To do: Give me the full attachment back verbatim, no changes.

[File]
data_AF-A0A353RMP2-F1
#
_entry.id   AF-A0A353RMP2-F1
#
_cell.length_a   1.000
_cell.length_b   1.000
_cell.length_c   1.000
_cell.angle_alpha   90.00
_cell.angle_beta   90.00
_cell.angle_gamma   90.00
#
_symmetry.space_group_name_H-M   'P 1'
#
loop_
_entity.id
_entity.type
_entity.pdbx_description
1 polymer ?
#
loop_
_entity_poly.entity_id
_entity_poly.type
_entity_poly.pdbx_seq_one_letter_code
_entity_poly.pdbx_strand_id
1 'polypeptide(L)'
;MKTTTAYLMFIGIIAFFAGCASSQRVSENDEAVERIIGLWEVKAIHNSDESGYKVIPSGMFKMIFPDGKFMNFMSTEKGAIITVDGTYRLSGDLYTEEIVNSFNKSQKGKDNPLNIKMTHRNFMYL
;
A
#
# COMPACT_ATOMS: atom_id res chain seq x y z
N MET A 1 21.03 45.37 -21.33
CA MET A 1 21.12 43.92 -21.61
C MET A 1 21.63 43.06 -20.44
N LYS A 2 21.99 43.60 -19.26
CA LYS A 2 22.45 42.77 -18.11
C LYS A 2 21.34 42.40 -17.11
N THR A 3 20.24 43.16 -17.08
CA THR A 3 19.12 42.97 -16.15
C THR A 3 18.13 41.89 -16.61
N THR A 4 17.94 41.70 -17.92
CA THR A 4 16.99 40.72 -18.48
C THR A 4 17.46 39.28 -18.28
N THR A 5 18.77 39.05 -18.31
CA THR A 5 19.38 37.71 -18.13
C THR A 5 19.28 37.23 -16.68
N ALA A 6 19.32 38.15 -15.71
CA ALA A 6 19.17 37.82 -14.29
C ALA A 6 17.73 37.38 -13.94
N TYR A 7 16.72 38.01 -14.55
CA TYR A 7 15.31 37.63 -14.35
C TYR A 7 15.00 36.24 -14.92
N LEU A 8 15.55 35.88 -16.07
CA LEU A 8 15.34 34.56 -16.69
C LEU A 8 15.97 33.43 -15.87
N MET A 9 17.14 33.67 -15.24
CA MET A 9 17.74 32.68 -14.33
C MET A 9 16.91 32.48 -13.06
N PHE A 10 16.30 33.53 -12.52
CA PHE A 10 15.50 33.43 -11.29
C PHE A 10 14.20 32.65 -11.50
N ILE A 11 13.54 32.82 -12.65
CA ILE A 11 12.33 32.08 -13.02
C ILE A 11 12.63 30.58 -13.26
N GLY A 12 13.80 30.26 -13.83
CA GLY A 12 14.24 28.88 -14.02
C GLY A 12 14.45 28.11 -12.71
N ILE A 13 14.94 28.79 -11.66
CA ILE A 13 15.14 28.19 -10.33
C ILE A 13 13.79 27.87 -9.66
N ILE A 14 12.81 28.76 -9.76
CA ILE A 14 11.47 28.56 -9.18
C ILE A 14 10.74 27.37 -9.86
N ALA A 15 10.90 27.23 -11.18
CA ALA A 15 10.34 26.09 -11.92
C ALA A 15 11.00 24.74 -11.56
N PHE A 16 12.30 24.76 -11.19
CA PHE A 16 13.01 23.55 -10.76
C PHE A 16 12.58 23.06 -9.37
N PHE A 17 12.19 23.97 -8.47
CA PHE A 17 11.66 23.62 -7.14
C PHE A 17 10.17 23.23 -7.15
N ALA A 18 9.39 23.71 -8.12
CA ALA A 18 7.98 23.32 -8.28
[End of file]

data_AF-A0A353RMP2-F1
#
_entry.id   AF-A0A353RMP2-F1
#
_cell.length_a   1.000
_cell.length_b   1.000
_cell.length_c   1.000
_cell.angle_alpha   90.00
_cell.angle_beta   90.00
_cell.angle_gamma   90.00
#
_symmetry.space_group_name_H-M   'P 1'
#
loop_
_entity.id
_entity.type
_entity.pdbx_description
1 polymer ?
#
loop_
_entity_poly.entity_id
_entity_poly.type
_entity_poly.pdbx_seq_one_letter_code
_entity_poly.pdbx_strand_id
1 'polypeptide(L)'
;MKTTTAYLMFIGIIAFFAGCASSQRVSENDEAVERIIGLWEVKAIHNSDESGYKVIPSGMFKMIFPDGKFMNFMSTEKGAIITVDGTYRLSGDLYTEEIVNSFNKSQKGKDNPLNIKMTHRNFMYL
;
A
#
# COMPACT_ATOMS: atom_id res chain seq x y z
N MET A 1 21.03 45.37 -21.33
CA MET A 1 21.12 43.92 -21.61
C MET A 1 21.63 43.06 -20.44
N LYS A 2 21.99 43.60 -19.26
CA LYS A 2 22.45 42.77 -18.11
C LYS A 2 21.34 42.40 -17.11
N THR A 3 20.24 43.16 -17.08
CA THR A 3 19.12 42.97 -16.15
C THR A 3 18.13 41.89 -16.61
N THR A 4 17.94 41.70 -17.92
CA THR A 4 16.99 40.72 -18.48
C THR A 4 17.46 39.28 -18.28
N THR A 5 18.77 39.05 -18.31
CA THR A 5 19.38 37.71 -18.13
C THR A 5 19.28 37.23 -16.68
N ALA A 6 19.32 38.15 -15.71
CA ALA A 6 19.17 37.82 -14.29
C ALA A 6 17.73 37.38 -13.94
N TYR A 7 16.72 38.01 -14.55
CA TYR A 7 15.31 37.63 -14.35
C TYR A 7 15.00 36.24 -14.92
N LEU A 8 15.55 35.88 -16.07
CA LEU A 8 15.34 34.56 -16.69
C LEU A 8 15.97 33.43 -15.87
N MET A 9 17.14 33.67 -15.24
CA MET A 9 17.74 32.68 -14.33
C MET A 9 16.91 32.48 -13.06
N PHE A 10 16.30 33.53 -12.52
CA PHE A 10 15.50 33.43 -11.29
C PHE A 10 14.20 32.65 -11.50
N ILE A 11 13.54 32.82 -12.65
CA ILE A 11 12.33 32.08 -13.02
C ILE A 11 12.63 30.58 -13.26
N GLY A 12 13.80 30.26 -13.83
CA GLY A 12 14.24 28.88 -14.02
C GLY A 12 14.45 28.11 -12.71
N ILE A 13 14.94 28.79 -11.66
CA ILE A 13 15.14 28.19 -10.33
C ILE A 13 13.79 27.87 -9.66
N ILE A 14 12.81 28.76 -9.76
CA ILE A 14 11.47 28.56 -9.18
C ILE A 14 10.74 27.37 -9.86
N ALA A 15 10.90 27.23 -11.18
CA ALA A 15 10.34 26.09 -11.92
C ALA A 15 11.00 24.74 -11.56
N PHE A 16 12.30 24.76 -11.19
CA PHE A 16 13.01 23.55 -10.76
C PHE A 16 12.58 23.06 -9.37
N PHE A 17 12.19 23.97 -8.47
CA PHE A 17 11.66 23.62 -7.14
C PHE A 17 10.17 23.23 -7.15
N ALA A 18 9.39 23.71 -8.12
CA ALA A 18 7.98 23.32 -8.28